Map tiles are the little square images which our web maps assemble into useful interactive maps. OpenStreet map describes tiles like this. In essence they are commonly used to serve up imagery or pre-rendered cartographic datasets inside a web mapping environment. Map tiles are also a very useful alternative to using vector data, when the amount of data becomes too dense. Map tiles are a base technology of modern web maps.

There are numerous “map renderers” on the market presently. Some are hugely expensive, some are free, some are open source. Most are complex, all need some element of tuning.

You can also plug into vendor tiles too, Google Maps is a common example of this, but also check out Mapbox and CartoDB if you are interested, they have excellent SAAS based alternatives.

There is a common assumption when dealing with map tiles: that the only thing differentiating them is how they look. Without a doubt, their appearance it enormously important, but its not the only measure of their quality. performance also matters. Over the last few months Maptiks has shown us that tile performance can be measured and documented. This has provided us with a unique insight into the performance of different vendors and different mapping solutions.

Let me show you an example. I built a node renderer using the wonderful mapnik to demonstrate how to overlay 70,000 polygons on a Google Map. Then we wrote another article on how to show the same polygons on LeafletJS too. This node-mapnik renderer only builds tiles on the fly, it doesn’t cache anything. For production purposes this would not be optimal (unless highly dynamic data was in question), but for a proof-of-concept it works well. Inadvertently, we found ourselves with a nice comparison of Google Maps and LeafletJS & Open-Street-Map (OSM).

The renderer produces a very simple result, like this:

Now, we can’t compare numbers of loads on each map, because of SEO differences in the articles themselves, and the timing of when we added Maptiks to each map. However, we can look at the performance differences over a fixed period of time, in this case the last week (April 21st – 28th 2015).


LeafletJS & OSM

Google Maps

The images above show the Maptiks tile performance graphs for each of the maps in question. Maptiks calculates a layer load as the amount of time its takes for a tile layer to complete loading all the tiles it needs to load per request. This means that the first request will always be the biggest (likely slowest too) because the browser will cache all loaded tiles. If the user was then to pan the browser will request only the necessary additional tiles to fill the blank space and pull the tiles already in the session from its cache, which is much faster. Some mapping platforms will request even more tiles at the beginning of a session to allow the user to subsequently not feel the effect of loading blank tiles.

Maptiks automatically detects any tile layers which are loaded (and you can see that someone briefly turned on the Google Maps Hybrid layer at the beginning of the week in question). The full URL is provided in the table under the graph to confirm the source as are the aggregated timings of each layer.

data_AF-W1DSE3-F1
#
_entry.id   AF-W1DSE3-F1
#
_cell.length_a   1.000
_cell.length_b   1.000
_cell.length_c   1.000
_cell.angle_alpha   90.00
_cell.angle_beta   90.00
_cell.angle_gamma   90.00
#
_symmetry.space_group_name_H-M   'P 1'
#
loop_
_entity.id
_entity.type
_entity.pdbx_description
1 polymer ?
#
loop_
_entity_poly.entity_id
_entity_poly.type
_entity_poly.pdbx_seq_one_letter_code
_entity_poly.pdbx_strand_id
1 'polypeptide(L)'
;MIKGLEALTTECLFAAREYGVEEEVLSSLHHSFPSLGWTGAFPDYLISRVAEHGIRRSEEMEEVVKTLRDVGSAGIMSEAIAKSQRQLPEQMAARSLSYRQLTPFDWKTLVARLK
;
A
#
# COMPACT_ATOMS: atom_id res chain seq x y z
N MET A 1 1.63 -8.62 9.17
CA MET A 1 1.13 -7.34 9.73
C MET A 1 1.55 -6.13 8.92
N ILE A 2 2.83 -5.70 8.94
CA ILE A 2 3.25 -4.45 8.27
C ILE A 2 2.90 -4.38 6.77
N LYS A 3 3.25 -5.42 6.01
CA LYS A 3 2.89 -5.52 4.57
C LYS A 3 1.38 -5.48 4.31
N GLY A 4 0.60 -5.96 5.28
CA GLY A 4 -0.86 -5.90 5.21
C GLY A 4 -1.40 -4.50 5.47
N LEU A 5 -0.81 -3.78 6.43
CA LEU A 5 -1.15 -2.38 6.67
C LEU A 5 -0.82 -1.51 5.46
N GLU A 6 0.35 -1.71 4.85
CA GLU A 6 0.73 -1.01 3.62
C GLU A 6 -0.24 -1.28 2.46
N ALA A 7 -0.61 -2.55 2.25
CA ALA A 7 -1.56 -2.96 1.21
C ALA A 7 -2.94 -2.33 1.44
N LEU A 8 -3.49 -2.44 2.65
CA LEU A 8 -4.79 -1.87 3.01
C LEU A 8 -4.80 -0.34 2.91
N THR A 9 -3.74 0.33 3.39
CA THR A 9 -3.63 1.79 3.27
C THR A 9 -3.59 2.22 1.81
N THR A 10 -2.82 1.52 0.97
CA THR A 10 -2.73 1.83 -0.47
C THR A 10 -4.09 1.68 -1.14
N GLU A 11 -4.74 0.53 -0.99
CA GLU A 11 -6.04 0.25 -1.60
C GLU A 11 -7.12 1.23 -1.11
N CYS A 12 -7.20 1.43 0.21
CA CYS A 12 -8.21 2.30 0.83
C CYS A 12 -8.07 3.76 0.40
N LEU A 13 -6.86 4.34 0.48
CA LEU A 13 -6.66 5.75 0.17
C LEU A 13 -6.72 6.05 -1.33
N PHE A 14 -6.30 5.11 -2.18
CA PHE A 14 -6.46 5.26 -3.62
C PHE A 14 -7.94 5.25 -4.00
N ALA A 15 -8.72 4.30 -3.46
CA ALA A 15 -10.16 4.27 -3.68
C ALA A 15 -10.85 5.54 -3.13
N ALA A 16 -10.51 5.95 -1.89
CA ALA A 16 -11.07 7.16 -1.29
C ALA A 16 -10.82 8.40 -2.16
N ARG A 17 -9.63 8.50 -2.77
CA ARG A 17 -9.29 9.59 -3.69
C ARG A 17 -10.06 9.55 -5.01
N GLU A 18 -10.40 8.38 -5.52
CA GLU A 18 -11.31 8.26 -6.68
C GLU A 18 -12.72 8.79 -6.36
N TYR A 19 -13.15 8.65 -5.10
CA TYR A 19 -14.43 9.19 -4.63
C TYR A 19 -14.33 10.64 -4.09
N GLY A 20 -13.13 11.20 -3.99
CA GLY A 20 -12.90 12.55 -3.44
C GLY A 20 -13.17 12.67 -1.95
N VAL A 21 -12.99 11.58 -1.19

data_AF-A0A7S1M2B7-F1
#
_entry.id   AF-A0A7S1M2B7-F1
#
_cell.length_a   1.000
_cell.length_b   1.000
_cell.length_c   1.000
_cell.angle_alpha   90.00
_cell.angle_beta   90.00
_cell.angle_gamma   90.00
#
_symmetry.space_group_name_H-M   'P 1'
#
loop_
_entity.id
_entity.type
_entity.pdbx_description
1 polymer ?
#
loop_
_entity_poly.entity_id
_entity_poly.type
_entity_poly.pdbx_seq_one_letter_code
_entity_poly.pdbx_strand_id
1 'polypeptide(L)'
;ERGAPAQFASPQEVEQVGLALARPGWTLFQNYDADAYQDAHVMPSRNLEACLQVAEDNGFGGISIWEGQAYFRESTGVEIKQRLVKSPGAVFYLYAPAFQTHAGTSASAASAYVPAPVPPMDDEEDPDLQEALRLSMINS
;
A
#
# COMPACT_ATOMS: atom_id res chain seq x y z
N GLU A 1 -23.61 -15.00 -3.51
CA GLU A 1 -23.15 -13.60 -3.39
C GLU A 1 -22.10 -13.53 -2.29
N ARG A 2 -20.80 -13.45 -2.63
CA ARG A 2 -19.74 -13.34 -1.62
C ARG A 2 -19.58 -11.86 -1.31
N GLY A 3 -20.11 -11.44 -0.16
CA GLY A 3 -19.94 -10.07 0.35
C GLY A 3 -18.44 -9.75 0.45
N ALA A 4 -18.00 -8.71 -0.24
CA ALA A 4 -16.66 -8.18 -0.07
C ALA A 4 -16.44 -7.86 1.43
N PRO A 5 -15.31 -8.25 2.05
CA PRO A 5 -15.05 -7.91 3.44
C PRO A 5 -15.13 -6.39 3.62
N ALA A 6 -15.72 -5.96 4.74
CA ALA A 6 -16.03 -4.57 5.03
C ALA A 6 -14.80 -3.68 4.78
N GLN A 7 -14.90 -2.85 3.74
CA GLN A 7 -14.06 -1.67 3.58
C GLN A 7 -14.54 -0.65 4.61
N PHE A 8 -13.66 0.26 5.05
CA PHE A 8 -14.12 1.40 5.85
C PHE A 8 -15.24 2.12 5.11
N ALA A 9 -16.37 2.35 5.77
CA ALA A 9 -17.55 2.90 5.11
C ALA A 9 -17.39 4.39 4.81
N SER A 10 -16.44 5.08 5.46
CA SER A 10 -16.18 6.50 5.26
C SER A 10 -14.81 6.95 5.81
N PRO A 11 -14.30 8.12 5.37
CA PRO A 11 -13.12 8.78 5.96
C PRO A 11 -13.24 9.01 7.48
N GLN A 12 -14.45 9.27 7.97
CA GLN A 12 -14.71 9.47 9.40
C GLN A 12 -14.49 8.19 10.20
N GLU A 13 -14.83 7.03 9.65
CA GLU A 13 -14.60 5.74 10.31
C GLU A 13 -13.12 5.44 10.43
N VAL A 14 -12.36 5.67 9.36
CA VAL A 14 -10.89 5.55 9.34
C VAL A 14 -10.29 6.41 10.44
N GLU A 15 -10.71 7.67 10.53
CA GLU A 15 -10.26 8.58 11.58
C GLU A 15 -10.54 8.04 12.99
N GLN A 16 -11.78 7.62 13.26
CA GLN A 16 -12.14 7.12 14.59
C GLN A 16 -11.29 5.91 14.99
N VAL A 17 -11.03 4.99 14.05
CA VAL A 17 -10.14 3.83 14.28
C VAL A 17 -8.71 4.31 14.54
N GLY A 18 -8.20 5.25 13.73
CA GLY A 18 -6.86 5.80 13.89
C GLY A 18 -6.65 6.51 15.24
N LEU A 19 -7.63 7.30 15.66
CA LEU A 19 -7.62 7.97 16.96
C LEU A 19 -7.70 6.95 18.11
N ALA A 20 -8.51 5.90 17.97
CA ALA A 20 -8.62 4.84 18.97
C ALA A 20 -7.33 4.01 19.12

A single red line can be seen on each graph, thats is where maptiks has detected an error (a 404 or 500 response) in one of the tiles.

The first thing to notice is the scale on two the graphs. The average load time on the Google Maps graph goes to 4000ms where as the max on the leaflet Map goes to 2500ms. This alone indicates a general performance difference in the two platforms. Additionally, it can be seen that the minimums for the Leaflet map are significantly smaller indicating perhaps that Leaflet is doing abetter job of caching more tiles or that the OSM tiles are served more quickly than Google’s.

Another point to note is that there is a general difference between how Google Maps and LeafletJS consume the additional data source. We know the infrastructure rendering the “Sparkgeo Census Tiles” is exactly the same, so any difference is likely more to do with implementation. Undoubtably in both examples some extra effort could go into optimizing how the mapping libraries consume the additional map tiles, things can always be made to go faster (its just a matter of time and money!). But as it stands the “average load time” of the Sparkgeo tiles is quicker in Google Maps.

LeafletJS is loading base layers faster, but Google Maps is loading the Sparkgeo Census Tiles layer faster

A general comparison of these two maps indicates that LeafletJS is loading base layers faster, but Google Maps is loading the Sparkgeo Census Tiles layer faster. We should also note that the differences here are purely client side. Measuring the performance of your web server will not provide the comparative information we have discovered with Maptiks. Our web server simply says that tiles were requested and delivered.

Measuring the performance of your web server will not provide the comparative information we have discovered with Maptiks.

Maptiks has provided a very different and more enlightening perspective on how our census tiles are performing in the wild.


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